When you finally feel it’s time to invest, where do you go? How do you start?
Keep the fees down with more money in your pocket!
It’s a very important decision when choosing a brokerage account provider. Nowadays, most of them are very similar and offer very comparable services, but there are some out there that will charge $30 per trade instead of less than $10 per trade if you don’t look closely. An expensive brokerage account can really eat up into your potential ROI with too many fees. Here’s the time to learn how to avoid those by looking at some options. Brokerage accounts and mutual funds that charge high fees will take a significant portion of your portfolio. Keep in mind that a typical mutual fund account can take over $150,000 in a lifetime due to mutual fund fees.
Here are a few recommendations. These are the current prices per trade, as of June 2015.
- Fidelity – fidelity.com – Trades are $7.95 per trade for stocks and ETFs (free trades on ETFs held on their platform)
- Vanguard – Vanguard.com – Ability to setup an ETF only account with free trading with a minimum requirement of $3,000
- Scottrade – scottrade.com – Trades are $7 per trade for stocks and ETFs
- Capital One Sharebuilder – sharebuilder.com – $3.95 per trade for stocks and ETFs and a great automatic investing strategy
- Computershare – computershare.com/investor – $0-2 per trade, but all accounts are setup as automatic investing strategies
- Wells Fargo Shareowner Online – https://www.shareowneronline.com/ – $0-2 per trade, but all accounts are setup as automatic investing strategies, very similar to Computershare
The first three account types are low cost brokerage houses that allow you to buy and sell securities on the open market. This is an amazing advance in technology due to the expansion and growth of information from the internet over the last 10 years. Use this information as a comparison to historical prices about 20 years ago where most brokerage houses charged between $20-$30 per trade. Think about those fees now and how tripling the amount of fees could eat up the potential investment, especially over time.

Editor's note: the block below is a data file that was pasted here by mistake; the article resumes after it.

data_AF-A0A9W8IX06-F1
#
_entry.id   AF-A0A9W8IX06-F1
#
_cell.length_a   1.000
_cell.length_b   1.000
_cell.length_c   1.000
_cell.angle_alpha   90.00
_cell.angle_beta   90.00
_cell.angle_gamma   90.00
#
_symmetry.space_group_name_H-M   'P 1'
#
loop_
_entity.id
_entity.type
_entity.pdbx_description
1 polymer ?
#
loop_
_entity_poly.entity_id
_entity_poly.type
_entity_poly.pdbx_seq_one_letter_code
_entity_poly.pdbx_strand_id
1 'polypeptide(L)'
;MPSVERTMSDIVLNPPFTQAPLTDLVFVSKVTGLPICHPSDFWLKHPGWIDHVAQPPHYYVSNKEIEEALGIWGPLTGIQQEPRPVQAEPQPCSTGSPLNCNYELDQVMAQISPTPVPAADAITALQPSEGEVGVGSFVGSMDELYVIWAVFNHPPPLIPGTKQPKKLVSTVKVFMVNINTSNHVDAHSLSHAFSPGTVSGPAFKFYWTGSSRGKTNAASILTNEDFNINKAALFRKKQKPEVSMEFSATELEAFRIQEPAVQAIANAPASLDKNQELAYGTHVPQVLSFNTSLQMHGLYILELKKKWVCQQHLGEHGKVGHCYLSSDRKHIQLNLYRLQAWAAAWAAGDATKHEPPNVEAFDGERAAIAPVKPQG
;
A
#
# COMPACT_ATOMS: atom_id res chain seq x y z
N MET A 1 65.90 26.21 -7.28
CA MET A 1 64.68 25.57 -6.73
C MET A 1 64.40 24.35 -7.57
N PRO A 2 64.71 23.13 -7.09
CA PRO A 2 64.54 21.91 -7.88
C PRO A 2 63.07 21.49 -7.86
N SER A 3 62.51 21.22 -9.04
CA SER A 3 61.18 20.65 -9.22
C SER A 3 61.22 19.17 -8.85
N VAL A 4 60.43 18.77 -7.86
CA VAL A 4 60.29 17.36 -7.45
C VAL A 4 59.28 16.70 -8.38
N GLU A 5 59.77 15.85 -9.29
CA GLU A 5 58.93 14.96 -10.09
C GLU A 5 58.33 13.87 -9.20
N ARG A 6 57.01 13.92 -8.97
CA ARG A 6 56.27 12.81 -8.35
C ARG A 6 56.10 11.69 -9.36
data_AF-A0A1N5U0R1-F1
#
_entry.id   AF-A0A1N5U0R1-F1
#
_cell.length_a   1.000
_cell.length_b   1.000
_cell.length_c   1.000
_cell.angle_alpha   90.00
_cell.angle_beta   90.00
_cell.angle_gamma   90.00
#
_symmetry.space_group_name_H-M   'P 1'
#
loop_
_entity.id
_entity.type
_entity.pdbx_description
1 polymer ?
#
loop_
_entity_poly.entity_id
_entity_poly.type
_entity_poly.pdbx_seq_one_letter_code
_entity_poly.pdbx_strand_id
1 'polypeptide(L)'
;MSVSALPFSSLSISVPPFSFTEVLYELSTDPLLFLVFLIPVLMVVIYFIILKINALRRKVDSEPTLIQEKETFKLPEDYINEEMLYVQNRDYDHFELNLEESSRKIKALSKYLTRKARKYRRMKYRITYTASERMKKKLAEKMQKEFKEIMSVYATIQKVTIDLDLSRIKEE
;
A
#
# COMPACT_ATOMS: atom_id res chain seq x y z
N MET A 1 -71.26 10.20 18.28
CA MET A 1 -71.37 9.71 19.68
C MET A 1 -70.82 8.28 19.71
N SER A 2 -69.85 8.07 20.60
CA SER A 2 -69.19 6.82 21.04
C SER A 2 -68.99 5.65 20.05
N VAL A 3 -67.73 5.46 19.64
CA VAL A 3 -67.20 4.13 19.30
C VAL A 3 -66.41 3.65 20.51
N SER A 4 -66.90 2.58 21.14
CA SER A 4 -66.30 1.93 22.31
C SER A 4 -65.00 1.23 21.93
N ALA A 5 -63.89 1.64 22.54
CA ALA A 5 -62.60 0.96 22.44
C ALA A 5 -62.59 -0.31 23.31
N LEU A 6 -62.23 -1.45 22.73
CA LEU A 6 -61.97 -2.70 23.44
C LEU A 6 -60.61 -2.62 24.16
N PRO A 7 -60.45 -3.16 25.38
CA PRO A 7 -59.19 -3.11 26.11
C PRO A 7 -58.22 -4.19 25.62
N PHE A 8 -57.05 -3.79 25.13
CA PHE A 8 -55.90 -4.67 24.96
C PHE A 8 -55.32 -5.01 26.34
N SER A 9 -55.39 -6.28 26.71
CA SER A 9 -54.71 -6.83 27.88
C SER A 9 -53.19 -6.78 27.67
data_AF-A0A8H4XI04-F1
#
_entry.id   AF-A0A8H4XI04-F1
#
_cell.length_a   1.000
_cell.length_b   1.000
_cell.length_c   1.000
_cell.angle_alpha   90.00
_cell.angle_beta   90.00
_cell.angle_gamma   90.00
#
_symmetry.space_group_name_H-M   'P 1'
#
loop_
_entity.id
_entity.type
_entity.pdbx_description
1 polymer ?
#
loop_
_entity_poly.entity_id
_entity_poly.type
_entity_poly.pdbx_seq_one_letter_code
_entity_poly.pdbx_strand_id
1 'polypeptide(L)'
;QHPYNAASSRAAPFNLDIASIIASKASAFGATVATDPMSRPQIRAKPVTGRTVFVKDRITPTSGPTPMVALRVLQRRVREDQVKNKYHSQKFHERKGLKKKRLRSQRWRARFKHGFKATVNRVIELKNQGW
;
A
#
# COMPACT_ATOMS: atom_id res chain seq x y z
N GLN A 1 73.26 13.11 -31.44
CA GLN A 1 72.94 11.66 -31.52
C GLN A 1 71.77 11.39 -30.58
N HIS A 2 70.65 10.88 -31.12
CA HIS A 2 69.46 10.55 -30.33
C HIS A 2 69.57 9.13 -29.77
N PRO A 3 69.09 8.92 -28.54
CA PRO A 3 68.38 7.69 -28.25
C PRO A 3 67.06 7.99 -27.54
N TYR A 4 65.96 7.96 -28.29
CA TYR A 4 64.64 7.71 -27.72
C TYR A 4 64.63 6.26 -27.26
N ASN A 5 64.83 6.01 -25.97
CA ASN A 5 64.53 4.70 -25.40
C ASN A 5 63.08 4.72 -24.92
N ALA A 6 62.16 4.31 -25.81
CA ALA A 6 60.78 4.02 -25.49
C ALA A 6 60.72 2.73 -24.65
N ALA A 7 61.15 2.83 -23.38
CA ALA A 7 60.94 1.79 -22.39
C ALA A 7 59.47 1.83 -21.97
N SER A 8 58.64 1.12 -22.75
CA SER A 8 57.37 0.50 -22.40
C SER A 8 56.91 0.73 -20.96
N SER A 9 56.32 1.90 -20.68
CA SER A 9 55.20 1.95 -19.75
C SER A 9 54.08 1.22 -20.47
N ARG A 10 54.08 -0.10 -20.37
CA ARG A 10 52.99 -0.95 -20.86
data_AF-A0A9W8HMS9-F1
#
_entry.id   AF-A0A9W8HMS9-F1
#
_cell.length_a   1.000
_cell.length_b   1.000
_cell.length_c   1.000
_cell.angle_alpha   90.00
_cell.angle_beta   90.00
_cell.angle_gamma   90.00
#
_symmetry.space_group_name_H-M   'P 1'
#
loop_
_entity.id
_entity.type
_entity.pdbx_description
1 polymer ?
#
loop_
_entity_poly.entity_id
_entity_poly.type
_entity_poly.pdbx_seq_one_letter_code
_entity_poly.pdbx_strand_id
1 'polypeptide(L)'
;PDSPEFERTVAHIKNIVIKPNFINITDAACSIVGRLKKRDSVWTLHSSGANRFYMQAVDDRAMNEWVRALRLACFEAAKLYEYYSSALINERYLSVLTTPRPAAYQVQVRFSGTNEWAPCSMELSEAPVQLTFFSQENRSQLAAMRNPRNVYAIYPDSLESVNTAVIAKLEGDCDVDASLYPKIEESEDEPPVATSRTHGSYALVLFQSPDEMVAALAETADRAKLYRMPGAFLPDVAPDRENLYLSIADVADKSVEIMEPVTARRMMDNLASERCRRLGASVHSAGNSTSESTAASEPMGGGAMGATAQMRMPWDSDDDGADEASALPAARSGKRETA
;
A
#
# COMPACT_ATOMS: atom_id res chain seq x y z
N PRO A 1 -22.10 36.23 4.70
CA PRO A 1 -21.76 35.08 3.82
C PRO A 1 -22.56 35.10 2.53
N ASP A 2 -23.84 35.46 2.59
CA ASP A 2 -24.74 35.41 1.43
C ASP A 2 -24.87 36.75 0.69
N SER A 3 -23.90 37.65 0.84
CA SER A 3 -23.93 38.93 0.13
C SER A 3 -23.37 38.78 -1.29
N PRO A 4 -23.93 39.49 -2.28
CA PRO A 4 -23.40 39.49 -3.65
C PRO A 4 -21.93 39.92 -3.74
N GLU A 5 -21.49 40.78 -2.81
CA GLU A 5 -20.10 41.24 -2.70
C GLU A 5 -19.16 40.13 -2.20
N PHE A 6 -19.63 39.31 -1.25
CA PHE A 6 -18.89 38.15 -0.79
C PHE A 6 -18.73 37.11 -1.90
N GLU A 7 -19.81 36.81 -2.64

The last two options (Computershare and Wells Fargo Shareholder) can be quite useful for those of you who look at investing as a monthly payment to yourself. Basically how it works is you can set aside a specific dollar amount (instead of individual shares) each month and get charged a much lower amount. Specific dollar amounts are so much easier to allocate in regards to a monthly investing strategy that was discussed earlier with monthly payments to yourself in a different account. It’s always easier to buy $50 worth of stock than it is to purchase one share of stock trading at $56.50.
Computershare and Wells Fargo Shareowner Online are platforms that only offer automatic investment plans. The first noticeable option within Computershare and Wells Fargo vs. traditional brokerage accounts is that there are fewer options. There are over 1,000 different investment options here ranging from stocks, ETFs, and Real Estate Investment Trusts (REITs). The companies that are registered and are available for investments have outsourced their investment plans to Computershare and Wells Fargo for both internal and external investors that want to invest with them. A major benefit to using these services is that for any distributions (dividends) from the company, they will either send a check or reinvest back into the equity per your decision. The portion of a company’s profit that is paid to common and preferred shareholders is called a dividend.
Investing is the key to building wealth (at least one of them).
For those just getting started, a great strategy to keep your costs in check is to do a blend. In order to keep the fees down, you could open a brokerage account with Fidelity.com, buy ETFs only with free trades and have a few stocks under Computershare or Wells Fargo. The few investments under Computershare or Wells Fargo Investment can be purchased for $25-$100 per month in 1-4 different stocks. This could be an excellent investment strategy for getting started at a very reasonable cost.
If you already have over $3,000 you can invest, then Vanguard.com might be a better option. Their choices of ETFs are fantastic. They have multiple asset classes, sectors, and speciality ETFs, opening lots of options. Remember, you will need an initial starting amount to open an ETF brokerage account ($3,000), but they offer free trading on the ETFs that saves you money. I know $3,000 may be too high for some, but if it’s an option to invest, I view this is an excellent strategy to get started for low costs. Again, Fidelity offers the same type of service with their iShares options without the upfront costs requirement. If you don’t have that extra money, don’t worry about it, you can always add it on later when you are able to afford it or go with Fidelity.
Alex Richwagen is an investment research analyst. Any of his recommendations are that of Mr. Richwagen, the information presented by him is the opinion of his research. All investment decisions are your choice and should be based on your own analysis.